Carolyn's Blog

Benefits Of Magnesium

Health benefits of magnesium include prevention of constipation, eclamptic seizures, and asthma. It keeps your nerves, muscles, and bones healthy. It also helps in protein synthesis and cellular metabolism. Magnesium is vital for sustaining a normal heartbeat and is used by doctors to treat irregularities in the heart rhythm.

Other health benefits include its positive impact on reducing osteoporosis, and maintenance of sugar level, as well as its favourable effects on diabetes, back pain, and various psychiatric disorders.

What is Magnesium?

Magnesium is an essential mineral required by our body for maintaining the overall health. It is one of those essential minerals that help in calcium absorption by the human body and plays an important role in the formation and strengthening of teeth and bones.

What is the importance of Magnesium?

Medical experts often highlight the importance of including adequate vitamin and mineral intake into our daily diet. Magnesium is required for more than 300 biochemical reactions in the body. It is the fourth most prevalent mineral in the body and is partially responsible for countless aspects. Roughly 50% of our body’s total magnesium is stored in our bones, while the remaining part is predominantly found in the cells of body tissues and organs. Although the human body is very good at regulating a constant level of this essential mineral, only 1% of itis available in the blood.

Sources of Magnesium

Natural sources of magnesium include sea vegetables, leafy vegetables such as spinach, and whole grains that are usually major components of a person’s regular diet. Other vegetables that can be classified as a rich sourceof this mineral include tomatoes, beet greens, broad beans, lima beans, artichokes, sweet potatoes, buckwheat flour, pumpkin seeds, peanuts, wheat flour, oat bran, barley, cornmeal, and chocolate.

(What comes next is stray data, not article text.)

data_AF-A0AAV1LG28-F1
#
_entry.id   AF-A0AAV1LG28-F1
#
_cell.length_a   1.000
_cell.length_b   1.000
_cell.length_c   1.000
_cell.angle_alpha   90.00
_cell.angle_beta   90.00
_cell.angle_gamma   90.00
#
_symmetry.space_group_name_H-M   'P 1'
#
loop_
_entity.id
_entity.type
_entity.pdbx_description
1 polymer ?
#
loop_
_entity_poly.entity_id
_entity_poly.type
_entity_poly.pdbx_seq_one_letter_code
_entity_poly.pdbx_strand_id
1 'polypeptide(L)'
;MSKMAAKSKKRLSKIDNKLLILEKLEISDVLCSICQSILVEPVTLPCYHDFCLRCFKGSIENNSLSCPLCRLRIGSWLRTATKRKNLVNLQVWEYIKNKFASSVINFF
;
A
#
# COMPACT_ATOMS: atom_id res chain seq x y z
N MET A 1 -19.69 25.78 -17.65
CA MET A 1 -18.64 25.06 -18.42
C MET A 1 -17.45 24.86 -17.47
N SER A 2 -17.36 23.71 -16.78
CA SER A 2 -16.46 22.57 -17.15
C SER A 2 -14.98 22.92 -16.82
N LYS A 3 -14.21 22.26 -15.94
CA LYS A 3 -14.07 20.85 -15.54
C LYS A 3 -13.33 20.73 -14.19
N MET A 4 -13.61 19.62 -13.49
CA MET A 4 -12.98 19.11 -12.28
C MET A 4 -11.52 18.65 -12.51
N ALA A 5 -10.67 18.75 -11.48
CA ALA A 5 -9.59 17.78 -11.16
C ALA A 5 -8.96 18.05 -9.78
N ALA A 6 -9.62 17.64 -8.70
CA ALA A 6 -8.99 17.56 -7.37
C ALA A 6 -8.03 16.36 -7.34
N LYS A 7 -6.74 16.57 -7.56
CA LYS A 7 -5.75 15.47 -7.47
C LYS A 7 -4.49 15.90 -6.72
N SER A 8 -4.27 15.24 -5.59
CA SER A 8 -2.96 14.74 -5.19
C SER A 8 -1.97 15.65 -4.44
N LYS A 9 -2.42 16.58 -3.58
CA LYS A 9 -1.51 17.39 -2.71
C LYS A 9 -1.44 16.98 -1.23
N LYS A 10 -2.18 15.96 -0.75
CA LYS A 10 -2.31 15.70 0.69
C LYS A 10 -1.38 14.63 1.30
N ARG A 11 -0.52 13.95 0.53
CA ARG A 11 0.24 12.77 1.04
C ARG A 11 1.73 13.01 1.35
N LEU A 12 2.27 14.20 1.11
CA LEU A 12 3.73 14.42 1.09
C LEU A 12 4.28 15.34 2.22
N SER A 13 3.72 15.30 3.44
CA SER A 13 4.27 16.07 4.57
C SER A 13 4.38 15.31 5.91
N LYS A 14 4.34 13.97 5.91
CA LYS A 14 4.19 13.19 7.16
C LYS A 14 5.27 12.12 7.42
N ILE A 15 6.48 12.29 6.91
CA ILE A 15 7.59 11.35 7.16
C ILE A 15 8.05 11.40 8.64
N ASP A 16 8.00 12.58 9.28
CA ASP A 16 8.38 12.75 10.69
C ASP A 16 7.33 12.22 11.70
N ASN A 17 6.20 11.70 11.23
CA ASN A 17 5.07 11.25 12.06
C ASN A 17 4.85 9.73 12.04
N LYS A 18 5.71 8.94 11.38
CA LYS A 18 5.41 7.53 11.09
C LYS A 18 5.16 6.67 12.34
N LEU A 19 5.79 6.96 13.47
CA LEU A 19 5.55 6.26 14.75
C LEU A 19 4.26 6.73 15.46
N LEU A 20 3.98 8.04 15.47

Also, you can consume dairy products such as milk and yogurt, as well as non-vegetarian food like fish. Whole wheat bread containing bran and germ has twice the magnesium content compared to white bread. Water also has a high magnesium content; hard water has more of it than soft water, although hard water is not good for the body, especially the kidneys.

Symptoms of Magnesium Deficiency

The deficiency symptoms of magnesium include pain in the neck and back, anxiety, fatigue, migraine attacks, muscle weakness and spasms, loss of appetite, vomiting, nausea, insomnia, abnormal heart rhythms, diarrhea, muscle twitching, and Raynaud’s spastic vessels.

When you are under stress, your body tends to quickly deplete its stores of magnesium. One very common symptom of itsdeficiency is chocolate cravings since chocolate is rich in this essential mineral. Its deficiency can be a major cause of diabetes, depression, and menopausal symptoms.

Health Benefits of Magnesium

Magnesium is needed to keep muscle and nerve functions normal and the heart beating rhythmically. It also helps support a healthy immune system and keeps bones strong. Itis important for regulating blood sugar levels, thereby promoting normal blood pressure. Italso supports energy metabolism, protein synthesis andhelps to treat cardiovascular disease, hypertension, and diabetes.

Relieves Constipation

Magnesium provides quick relief from constipation, and a high dose of its water-soluble supplements is known to bringreliefto even the most severely constipated state. The laxative property of this vitamin relaxes the intestinal muscles, thereby helping to establish a smoother rhythm while passing bowels. Italso has another property of absorbing water, which, in turn, softens the stool and helps it to pass easily.

Prevents Eclamptic Seizures

Magnesium is one of the vital elements to ensure a healthy pregnancy. Proper intake of its supplements during pregnancy is extremely beneficial for reducing the risk of osteoporosis and increasing the pain tolerance level, resulting in a smooth delivery and an optimization of blood pressure. Magnesium sulfate is the best treatment for preventing eclamptic seizures in expecting mothers who may have hypertension.